"The influence which ZnS, CdS, Cu2S, PbS, and FeS has on the thermal decomposition rate of ZnSO4 was studied by measuring the SO2 gas evolved per unit of time for various ZnSO4-MeS mixtures at 600°C, and analyzing the solid phases by means of X-ray diffraction patterns.
The SO2 gas evolved upon heating the pellets was analyzed as a function of time by absorbing the gas in a solution of distilled water, H2O2, and NaOH, and measuring the time required for the SO2 to neutralize the NaOH. The gas absorption was found to be accurate and reproducible.
The thermal decomposition of ZnSO4 occurred through the formation of several basic sulfates (xZnO·yZnSO4). The basic sulfate formed at 600°C was identified as ZnO·2ZnSO4.
The admixtures markedly increased the decomposition rate of ZnSO4. The rate of reaction for mole:mole mixtures of ZnSO4 and ZnS, CdS, and Cu2S was approximately identical. The decomposition of the sulfate was much more rapid with PbS and FeS. One step that the ZnS, CdS, and Cu2S systems had in common was the formation of the intermediate phase ZnO·2ZnSO4. The faster PbS and FeS reactions passed through no basic sulfate formation step. The decomposition of the basic sulfate was shown to be the rate determining step. The following steps were proposed for the ZnS, CdS, and Cu2S systems:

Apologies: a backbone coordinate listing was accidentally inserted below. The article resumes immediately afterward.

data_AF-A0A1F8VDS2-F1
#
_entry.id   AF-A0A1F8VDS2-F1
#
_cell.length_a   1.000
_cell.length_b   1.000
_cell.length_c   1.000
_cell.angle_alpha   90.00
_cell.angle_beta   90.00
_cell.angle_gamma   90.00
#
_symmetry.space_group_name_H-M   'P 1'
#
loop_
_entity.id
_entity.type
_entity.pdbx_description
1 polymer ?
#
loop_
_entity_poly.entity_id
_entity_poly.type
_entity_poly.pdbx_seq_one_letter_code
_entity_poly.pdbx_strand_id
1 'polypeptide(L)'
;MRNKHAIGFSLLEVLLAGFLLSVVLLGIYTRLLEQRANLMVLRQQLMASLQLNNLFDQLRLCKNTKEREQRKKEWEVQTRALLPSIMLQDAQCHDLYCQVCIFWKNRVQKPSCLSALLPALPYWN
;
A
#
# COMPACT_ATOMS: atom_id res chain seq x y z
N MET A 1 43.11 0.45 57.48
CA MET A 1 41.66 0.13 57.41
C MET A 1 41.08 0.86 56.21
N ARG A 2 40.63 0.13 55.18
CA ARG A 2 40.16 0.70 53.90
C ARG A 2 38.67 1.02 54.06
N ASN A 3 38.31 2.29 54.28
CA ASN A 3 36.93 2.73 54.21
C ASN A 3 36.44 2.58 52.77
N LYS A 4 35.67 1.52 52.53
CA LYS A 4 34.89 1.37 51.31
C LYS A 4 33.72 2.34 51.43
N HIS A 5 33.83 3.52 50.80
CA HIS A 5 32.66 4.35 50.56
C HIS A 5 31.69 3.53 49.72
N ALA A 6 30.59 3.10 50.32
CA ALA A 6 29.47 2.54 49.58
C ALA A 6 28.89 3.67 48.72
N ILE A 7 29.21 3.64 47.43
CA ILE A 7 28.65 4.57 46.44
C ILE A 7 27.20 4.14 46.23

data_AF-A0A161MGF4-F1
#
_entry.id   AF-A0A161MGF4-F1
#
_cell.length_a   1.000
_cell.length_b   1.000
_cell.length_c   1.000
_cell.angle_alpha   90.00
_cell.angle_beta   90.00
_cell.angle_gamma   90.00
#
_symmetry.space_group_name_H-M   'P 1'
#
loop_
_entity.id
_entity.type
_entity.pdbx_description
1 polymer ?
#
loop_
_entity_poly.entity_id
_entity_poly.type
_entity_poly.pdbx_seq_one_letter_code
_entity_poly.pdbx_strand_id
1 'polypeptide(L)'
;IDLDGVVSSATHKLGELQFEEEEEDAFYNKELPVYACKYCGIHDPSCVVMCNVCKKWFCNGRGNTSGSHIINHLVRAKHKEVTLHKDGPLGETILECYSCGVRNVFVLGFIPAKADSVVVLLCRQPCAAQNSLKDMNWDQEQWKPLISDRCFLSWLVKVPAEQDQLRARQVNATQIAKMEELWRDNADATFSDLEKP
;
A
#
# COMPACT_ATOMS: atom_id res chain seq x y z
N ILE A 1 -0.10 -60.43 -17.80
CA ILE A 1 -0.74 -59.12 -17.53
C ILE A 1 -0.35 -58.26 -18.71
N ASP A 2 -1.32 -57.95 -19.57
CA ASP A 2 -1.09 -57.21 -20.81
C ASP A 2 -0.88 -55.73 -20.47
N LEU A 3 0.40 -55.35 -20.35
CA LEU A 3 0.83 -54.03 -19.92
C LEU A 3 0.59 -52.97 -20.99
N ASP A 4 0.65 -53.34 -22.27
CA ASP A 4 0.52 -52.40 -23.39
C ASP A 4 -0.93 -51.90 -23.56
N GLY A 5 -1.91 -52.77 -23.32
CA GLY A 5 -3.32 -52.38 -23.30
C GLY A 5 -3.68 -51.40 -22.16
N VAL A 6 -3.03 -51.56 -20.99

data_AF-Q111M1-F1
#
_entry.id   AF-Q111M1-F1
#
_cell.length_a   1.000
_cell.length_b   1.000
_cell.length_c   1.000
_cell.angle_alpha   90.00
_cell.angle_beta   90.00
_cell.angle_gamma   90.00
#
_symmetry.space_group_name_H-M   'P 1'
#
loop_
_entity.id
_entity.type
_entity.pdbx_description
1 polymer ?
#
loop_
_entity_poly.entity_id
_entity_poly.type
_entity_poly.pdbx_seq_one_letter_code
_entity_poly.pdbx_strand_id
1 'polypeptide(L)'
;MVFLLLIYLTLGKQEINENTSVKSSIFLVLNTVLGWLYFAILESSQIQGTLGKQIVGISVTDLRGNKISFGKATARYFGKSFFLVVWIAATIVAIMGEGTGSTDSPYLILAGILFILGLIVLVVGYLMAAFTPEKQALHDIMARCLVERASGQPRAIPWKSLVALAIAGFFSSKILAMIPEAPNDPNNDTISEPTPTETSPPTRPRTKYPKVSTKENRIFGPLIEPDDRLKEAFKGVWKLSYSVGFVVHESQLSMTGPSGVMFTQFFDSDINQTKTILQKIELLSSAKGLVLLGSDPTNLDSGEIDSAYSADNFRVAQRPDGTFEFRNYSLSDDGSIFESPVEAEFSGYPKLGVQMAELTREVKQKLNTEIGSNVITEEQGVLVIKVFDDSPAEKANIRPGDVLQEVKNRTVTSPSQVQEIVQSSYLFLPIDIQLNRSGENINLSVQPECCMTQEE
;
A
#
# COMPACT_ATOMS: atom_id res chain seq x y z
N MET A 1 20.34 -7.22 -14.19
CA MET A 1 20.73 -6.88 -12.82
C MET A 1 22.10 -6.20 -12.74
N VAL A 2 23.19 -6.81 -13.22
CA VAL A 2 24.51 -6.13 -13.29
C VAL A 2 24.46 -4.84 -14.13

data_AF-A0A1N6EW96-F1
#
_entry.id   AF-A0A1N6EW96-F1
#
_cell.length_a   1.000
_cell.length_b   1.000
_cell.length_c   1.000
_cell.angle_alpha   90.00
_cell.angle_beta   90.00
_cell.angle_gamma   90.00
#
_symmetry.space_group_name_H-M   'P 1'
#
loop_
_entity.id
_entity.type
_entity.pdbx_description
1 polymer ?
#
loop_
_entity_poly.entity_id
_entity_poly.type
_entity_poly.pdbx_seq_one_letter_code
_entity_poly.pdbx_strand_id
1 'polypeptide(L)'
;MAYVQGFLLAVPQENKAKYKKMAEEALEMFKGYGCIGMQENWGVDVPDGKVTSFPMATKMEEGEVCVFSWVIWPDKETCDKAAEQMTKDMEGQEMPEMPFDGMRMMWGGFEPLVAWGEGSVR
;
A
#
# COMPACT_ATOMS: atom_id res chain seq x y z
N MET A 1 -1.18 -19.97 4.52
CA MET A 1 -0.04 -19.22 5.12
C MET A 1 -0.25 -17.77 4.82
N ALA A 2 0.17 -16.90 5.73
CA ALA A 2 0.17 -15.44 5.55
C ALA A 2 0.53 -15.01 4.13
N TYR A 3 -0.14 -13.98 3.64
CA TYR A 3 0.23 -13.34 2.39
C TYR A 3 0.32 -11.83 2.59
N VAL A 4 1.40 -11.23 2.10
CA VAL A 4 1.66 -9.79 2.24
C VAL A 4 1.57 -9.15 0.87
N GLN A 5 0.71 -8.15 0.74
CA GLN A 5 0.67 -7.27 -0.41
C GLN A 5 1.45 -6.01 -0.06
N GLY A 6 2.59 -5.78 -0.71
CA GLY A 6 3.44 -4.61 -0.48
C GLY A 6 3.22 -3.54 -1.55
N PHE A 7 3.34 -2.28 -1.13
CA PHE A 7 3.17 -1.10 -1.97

(1) The formation of oxide(s) or sulfate (fast).
(2) The formation of the basic sulfate, ZnO·2ZnSO4 (fast).
3) The decomposition of the basic sulfate (slow).
The d values and relative intensities of the experimental X-ray diffraction pattern for the ZnO·2ZnSO4 phase are reported"--Abstract, pages i-ii.
Larson, Andrew H.
Schlechten, A. W.
Johnson, James W., 1930-2002
Lorey, G. Edwin
Materials Science and Engineering
M.S. in Metallurgical Engineering
Missouri School of Mines and Metallurgy
ix, 92 pages
© 1962 Larry G. Twidwell, All rights reserved.
Thesis - Open Access
Print OCLC #
Electronic OCLC #
Link to Catalog Record
Twidwell, L. G., "A survey of the influence of selected sulfides on the thermal decomposition rate of zinc sulfate" (1962). Masters Theses. 2703.